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What we focus on

Northern Ireland has experienced more than twenty years of fragile peace – something which is to be celebrated and strongly protected. However, the past still casts a shadow over the present for many people, particularly those who lost loved ones or who were injured or suffered significant trauma during the conflict. Unresolved cases of killing, torture, and serious injury can poison relations in the present, contribute to intergenerational trauma, and grant impunity to the perpetrators. CAJ continues to work to ensure the legacy of the past is dealt with in a human rights compliant manner, which will assist the pursuit of truth and justice by those directly impacted.

The Model Bill Team

CAJ has formed the Model Bill Team with experts from Queen’s University Belfast to find human rights compliant solutions to the legal and political challenges regarding dealing with the past in Northern Ireland. The group has now been working for almost a decade.

Learn more

Case work

When necessary and appropriate, CAJ can pursue strategic legal cases in which we represent victims. This may require working with existing mechanisms, including inquests, Police Ombudsman investigations, and judicial reviews. We will resist any attempts to abolish the rule of law in relation to the NI conflict.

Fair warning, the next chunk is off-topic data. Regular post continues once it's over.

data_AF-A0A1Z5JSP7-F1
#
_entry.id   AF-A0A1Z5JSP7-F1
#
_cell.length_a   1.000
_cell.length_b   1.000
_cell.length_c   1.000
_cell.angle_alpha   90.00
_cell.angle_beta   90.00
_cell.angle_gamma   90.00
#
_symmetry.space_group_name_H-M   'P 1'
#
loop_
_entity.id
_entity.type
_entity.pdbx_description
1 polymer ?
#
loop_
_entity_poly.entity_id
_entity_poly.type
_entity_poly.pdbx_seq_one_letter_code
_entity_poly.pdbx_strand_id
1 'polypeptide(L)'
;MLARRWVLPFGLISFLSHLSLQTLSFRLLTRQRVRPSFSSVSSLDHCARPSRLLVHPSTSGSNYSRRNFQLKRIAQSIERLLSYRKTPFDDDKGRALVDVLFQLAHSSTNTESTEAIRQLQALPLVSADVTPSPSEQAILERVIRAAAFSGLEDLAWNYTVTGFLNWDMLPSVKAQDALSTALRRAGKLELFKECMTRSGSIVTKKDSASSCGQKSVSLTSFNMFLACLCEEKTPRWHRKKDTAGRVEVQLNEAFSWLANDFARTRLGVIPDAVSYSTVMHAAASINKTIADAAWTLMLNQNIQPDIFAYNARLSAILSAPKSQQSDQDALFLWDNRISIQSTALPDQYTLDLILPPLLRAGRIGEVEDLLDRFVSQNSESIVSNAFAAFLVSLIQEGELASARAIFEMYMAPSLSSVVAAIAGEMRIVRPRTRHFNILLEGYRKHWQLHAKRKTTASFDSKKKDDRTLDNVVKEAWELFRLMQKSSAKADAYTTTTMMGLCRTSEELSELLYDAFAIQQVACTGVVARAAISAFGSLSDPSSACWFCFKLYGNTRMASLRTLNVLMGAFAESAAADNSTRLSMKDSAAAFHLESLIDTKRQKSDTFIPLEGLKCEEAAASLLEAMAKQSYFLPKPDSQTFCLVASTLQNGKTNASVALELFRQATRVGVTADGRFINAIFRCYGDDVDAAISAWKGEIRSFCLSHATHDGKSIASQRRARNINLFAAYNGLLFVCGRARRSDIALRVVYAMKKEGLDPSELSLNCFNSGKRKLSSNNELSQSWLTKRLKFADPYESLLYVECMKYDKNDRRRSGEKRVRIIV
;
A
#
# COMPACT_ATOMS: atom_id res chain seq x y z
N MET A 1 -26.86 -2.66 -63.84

Combating impunity

The UK government is in serial breach of its obligations under the European Convention of Human Rights (ECHR) to properly investigate the past. Judgements given in 2001 by the European Court of Human Rights (ECtHR) at Strasbourg remain unimplemented. CAJ regularly makes submissions to the Committee of Ministers on the ‘McKerr group of cases’ concerning the actions of the security forces in the 1980s and 1990s in Northern Ireland.

The Committee of Ministers is the decision-making body of Europe’s leading human rights organisation, the Council of Europe. Its functions include examining the execution of judgments made by the European Court of Human Rights in a series of cases in which states have been found to have committed human rights violations.

Latest UK legacy proposals

The Stormont House Agreement (agreed December 2014) had broad support from NI political parties and the British and Irish governments. It proposed mechanisms for dealing with the legacy of the past that were (overall) human rights compliant. However, in March 2020 the UK government announced an intention to unilaterally abandon the Stormont House Agreement to develop new legacy proposals. In May 2022, the UK government put forward the Northern Ireland Troubles (Legacy and Reconciliation) Bill.

CAJ is highly critical of the bill which we believe fails to honour the UK’s obligation under the ECHR to carry out proper investigations into deaths and serious injuries that occurred during the NI conflict. You can read our latest statement on the bill here, while a more detailed analysis of the draft legislation – conducted by the Model Bill Team – is available here. The bill has faced widespread opposition within NI, including from victim and survivor groups.

CAJ will continue to advocate for this bill to be scrapped in favour of a return to the already agreed structure proposed within the Stormont House Agreement.